Thanks, David, I will research each place and see if it is in a place
between two rivers. I suspect it is a Ciarraige special word as is imlagh =
at the edge of water. They had a water thing going. Now would they have
deliberately established the schools there? and I will think on that part.
On Mon, Sep 10, 2018 at 3:30 PM David Stifter <[log in to unmask]> wrote:
> eDIL has it as "interception", but this looks like a calque on Latin:
> eHogan mentions 11 townlands with this name, 8 in Galway, one each in
> Mayo, Laois and Offaly, and one in Clare (the calculation doesn't work out,
> but that's what it says). I assume that as a placename it refers to the
> territory between the two branches of a river.
> -----Original Message-----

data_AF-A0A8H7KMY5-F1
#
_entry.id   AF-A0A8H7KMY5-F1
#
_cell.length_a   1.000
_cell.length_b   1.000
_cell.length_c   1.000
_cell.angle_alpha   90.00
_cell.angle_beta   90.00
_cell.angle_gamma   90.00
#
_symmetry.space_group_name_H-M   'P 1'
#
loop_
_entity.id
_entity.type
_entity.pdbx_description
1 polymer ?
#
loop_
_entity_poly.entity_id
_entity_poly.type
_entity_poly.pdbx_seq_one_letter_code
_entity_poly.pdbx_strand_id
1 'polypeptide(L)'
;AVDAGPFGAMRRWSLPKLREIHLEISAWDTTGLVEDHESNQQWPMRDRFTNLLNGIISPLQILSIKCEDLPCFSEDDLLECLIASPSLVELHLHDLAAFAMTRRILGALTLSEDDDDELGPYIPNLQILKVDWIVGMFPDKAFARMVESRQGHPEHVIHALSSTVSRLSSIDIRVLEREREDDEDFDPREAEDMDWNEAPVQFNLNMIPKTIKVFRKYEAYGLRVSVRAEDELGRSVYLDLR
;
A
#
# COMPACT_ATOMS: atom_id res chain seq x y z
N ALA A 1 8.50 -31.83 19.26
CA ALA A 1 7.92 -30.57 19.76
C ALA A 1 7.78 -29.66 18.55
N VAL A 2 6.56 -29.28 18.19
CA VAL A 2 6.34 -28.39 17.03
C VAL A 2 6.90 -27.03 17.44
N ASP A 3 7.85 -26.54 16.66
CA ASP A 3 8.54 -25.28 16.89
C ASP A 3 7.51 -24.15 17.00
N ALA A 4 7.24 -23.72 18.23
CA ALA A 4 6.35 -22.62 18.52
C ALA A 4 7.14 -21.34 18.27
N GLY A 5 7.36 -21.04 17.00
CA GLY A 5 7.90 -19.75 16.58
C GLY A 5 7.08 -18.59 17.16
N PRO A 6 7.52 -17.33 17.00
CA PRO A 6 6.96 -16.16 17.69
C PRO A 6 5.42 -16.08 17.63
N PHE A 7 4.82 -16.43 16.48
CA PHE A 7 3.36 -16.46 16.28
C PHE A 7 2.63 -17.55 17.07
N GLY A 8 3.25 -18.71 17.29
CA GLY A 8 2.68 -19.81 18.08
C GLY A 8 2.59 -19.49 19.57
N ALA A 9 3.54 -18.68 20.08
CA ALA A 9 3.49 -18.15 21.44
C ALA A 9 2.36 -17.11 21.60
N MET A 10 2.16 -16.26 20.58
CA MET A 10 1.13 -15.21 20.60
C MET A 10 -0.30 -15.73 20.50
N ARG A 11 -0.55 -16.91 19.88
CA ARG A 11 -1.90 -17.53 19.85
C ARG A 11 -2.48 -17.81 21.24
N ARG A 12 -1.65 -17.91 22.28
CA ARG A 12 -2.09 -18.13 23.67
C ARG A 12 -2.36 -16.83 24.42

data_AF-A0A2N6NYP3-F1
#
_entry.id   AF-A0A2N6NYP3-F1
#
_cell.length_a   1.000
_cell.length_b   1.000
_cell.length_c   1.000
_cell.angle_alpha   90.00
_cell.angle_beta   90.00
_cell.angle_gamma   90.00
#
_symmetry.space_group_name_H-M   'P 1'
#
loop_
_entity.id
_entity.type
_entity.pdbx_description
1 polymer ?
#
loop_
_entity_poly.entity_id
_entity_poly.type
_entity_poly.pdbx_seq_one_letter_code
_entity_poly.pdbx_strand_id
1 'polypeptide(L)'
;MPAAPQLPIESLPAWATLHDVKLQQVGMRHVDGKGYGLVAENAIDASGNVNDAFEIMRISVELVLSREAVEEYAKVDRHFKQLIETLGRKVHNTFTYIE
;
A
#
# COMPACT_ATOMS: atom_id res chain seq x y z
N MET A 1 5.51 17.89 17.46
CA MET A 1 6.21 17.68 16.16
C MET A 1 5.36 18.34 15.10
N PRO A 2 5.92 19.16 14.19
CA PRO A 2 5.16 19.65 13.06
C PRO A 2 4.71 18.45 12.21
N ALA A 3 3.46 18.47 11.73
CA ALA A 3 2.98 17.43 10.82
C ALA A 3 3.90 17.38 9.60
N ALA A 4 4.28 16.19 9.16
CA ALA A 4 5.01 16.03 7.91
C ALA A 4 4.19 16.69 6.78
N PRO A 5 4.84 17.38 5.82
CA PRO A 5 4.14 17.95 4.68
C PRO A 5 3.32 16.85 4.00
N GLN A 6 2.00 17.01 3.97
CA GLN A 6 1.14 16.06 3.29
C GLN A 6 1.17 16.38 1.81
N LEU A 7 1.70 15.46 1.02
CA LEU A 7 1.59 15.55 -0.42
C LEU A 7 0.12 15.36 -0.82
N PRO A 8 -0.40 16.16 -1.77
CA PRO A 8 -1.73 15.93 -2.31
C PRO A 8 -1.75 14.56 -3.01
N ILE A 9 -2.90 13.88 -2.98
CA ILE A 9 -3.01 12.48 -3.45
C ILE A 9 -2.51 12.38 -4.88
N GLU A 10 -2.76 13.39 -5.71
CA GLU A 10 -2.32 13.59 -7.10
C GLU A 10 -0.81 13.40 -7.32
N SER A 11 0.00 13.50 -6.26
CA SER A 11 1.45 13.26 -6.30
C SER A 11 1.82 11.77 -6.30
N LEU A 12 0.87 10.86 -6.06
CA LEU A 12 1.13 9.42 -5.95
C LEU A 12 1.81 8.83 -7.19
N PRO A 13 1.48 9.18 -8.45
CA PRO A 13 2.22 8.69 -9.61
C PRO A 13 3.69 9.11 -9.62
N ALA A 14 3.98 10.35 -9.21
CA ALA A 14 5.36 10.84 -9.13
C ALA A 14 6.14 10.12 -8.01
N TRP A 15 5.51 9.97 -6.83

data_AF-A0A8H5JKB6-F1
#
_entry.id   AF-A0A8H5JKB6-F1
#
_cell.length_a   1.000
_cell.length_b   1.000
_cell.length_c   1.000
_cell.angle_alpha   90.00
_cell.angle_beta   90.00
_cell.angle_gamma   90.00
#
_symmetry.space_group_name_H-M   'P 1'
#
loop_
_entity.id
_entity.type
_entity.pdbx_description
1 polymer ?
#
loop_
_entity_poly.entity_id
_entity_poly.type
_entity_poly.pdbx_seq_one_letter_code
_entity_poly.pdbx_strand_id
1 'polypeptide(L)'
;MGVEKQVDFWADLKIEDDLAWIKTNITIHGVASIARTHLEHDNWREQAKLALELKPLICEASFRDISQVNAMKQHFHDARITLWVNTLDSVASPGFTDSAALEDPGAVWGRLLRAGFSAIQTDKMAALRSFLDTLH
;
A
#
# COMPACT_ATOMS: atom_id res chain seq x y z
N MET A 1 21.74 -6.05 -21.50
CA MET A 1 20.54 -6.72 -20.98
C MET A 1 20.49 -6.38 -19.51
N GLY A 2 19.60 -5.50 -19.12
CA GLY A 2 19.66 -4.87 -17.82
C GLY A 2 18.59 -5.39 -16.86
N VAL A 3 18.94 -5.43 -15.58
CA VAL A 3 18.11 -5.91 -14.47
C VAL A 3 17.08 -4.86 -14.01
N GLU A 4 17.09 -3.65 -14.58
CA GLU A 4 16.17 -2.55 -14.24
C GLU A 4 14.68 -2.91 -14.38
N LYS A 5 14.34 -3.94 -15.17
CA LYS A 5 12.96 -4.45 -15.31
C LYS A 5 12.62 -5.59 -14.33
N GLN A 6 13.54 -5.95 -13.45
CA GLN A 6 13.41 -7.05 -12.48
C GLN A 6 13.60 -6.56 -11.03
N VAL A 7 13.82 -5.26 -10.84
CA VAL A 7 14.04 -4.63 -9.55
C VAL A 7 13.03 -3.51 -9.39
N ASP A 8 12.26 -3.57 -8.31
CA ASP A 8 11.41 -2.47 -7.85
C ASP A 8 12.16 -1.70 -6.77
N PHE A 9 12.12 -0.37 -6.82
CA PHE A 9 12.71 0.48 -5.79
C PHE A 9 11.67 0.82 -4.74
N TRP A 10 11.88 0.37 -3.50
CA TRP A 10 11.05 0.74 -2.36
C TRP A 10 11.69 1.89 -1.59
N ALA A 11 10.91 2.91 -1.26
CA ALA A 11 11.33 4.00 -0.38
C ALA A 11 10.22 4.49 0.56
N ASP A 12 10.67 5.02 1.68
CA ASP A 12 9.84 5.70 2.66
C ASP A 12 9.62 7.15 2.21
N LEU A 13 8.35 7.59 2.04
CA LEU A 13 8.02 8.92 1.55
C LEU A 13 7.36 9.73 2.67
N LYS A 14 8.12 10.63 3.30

> From: Old-Irish-L <[log in to unmask]> On Behalf Of Janet
> Sent: 10 September 2018 14:57
> To: [log in to unmask]
> Subject: Eadarghabhal
> I need a bit of help with "Eadarghabhal"
> In No. Ireland it appears to mean a fort between forks of a river.
> In the Republic it seems it was the name of the brother of Aenghus Bolg of
> In the Republic it also seems to indicate early schools to train women in
> Christiaity. Many of those are tied to Finbarr of Cork, so perhaps a chain
> of Christian schools?
> I am having a problem relating these very different things and need help